Kosovo

June 10, 2018

Kosovo is a country in search of an identity. The former province of Serbia declared independence nearly a decade after a devastating war in 1998-99. Today, Europe’s youngest state faces serious challenges: Unemployment in some regions is over 40% and dissatisfaction with wartime politicians who remain in power is rising. Unresolved alleged war crimes, discrimination and corruption fuel the mistrust in state institutions. As a result, ethnic tensions between Albanian nationalists, Serbs and other minorities such as Roma or Ashkaly remain bitter. Many individuals, families and communities have undergone trauma, multiple displacements, and loss of family and friends. Oftentimes, suspicion and hatred is not just still present but increased through assumed actions or actual actions and even inactivity of members of the other community. Young Kosovars often do not see a future for themselves in what for many feels like an artificial state not to last. According to a recent study by the GIZ, one in two Kosovars wishes to migrate to Western Europe.

Stephan is running a sports nutrition shop in Serbian North Mitrovica.

Ashkaly woman, her family's ground in Fushe Kosova is being used as a public dump.

Trepča Mines northeast of Mitrovica.

Sinan Pasha Mosque in Prizren.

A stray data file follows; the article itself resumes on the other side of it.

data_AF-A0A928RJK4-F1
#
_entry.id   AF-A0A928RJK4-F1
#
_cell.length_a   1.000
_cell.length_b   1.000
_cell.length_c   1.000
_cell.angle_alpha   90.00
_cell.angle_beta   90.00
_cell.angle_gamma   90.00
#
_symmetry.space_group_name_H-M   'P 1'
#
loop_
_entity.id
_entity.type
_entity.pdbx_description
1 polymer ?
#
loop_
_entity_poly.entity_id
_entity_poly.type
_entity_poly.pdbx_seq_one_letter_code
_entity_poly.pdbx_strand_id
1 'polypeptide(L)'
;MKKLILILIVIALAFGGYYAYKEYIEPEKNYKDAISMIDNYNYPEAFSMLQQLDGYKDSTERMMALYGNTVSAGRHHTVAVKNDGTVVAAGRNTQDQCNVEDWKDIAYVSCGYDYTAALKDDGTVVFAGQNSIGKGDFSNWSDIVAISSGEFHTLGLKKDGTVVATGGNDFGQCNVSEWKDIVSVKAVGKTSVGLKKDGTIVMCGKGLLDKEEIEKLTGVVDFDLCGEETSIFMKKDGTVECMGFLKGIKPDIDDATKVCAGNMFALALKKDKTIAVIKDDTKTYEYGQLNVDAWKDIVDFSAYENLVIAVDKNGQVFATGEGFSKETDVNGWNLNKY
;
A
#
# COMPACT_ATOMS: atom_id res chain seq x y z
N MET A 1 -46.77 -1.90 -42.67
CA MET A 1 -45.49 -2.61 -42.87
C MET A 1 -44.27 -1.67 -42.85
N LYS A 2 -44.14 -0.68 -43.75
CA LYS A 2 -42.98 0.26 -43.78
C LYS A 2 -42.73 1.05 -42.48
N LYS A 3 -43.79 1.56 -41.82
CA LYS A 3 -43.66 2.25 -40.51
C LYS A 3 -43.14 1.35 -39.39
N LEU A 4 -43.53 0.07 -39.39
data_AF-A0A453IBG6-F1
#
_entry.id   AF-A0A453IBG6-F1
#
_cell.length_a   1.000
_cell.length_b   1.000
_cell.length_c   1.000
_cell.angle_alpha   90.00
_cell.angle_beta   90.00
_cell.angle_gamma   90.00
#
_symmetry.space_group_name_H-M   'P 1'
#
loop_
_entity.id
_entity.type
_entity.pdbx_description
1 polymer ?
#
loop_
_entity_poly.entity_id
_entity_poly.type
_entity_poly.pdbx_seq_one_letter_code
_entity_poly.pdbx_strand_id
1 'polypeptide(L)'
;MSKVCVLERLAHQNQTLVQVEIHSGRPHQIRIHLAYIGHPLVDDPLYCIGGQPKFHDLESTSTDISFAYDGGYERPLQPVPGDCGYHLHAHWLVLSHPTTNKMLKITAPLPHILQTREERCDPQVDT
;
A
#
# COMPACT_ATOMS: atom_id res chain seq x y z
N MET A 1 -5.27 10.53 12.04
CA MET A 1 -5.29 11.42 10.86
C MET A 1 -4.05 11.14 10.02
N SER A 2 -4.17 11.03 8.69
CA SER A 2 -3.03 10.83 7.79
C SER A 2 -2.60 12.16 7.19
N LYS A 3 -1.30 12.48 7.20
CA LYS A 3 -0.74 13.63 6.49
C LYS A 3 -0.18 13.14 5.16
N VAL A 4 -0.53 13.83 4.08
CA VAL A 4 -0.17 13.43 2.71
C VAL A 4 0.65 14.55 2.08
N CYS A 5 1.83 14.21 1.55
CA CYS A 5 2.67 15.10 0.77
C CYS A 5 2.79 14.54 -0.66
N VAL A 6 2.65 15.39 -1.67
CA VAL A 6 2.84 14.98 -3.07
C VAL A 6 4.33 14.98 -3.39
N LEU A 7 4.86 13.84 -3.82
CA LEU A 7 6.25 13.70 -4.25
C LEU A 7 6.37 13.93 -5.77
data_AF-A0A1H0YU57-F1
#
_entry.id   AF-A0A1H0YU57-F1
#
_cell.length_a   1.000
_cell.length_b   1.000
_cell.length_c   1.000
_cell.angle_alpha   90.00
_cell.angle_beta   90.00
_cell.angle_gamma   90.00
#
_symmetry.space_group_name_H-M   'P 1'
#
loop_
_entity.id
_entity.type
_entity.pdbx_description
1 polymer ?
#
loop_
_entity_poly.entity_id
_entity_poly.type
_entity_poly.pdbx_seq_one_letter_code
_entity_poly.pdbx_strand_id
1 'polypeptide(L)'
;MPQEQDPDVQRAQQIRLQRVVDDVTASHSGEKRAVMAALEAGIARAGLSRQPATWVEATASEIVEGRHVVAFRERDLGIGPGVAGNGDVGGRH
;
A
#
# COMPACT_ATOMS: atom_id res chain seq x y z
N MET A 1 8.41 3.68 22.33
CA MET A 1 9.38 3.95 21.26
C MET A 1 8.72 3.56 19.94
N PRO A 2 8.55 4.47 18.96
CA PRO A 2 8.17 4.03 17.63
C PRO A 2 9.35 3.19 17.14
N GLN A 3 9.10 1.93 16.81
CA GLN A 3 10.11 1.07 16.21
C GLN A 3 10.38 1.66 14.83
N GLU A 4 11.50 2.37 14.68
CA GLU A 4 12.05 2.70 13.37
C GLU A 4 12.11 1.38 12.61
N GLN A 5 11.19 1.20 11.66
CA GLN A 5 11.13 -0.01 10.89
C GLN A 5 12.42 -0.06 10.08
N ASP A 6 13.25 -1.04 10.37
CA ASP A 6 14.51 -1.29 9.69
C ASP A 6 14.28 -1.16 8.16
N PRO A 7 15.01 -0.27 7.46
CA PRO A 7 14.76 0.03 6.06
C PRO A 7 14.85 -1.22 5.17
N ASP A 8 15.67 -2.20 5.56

A craftsman working on a First World War memorial sitein the Serbian enclave Gracanica.

The damaged family home of one the UÇKs founding members Adem Jashari, now functioning as a memorial complex.

Mural celebrating soldiers of the 1998-99 war in Serbian North Mitrovica.

Abandoned Lady Ljevis Church in Prizren. In the 2004 unrest 56 Serb houses and 5 historical churches were burnt down in the city alone.

UÇK mural on the walls of a school in Drenas.

Prizren Castle.

UÇK veteran and television actor Lalushi at the veterans organizations headquarters in Prishtina.

The remains of the Holy Savior Church in Prizren, which was burned down in the 2004 unrest.

Bosniak in his popular burek shop in Prizren.

Outside the Pec Patriarchate, a Serbian orthodox monastery guarded by KFOR troops.

Roma in his newly build home in the Serbian enclave Gracanica.

Inside the Patriarchate of Peć, a Serbian Orthodox monastery.

Enter is running the NGO Urban Green in North Mitrovica.

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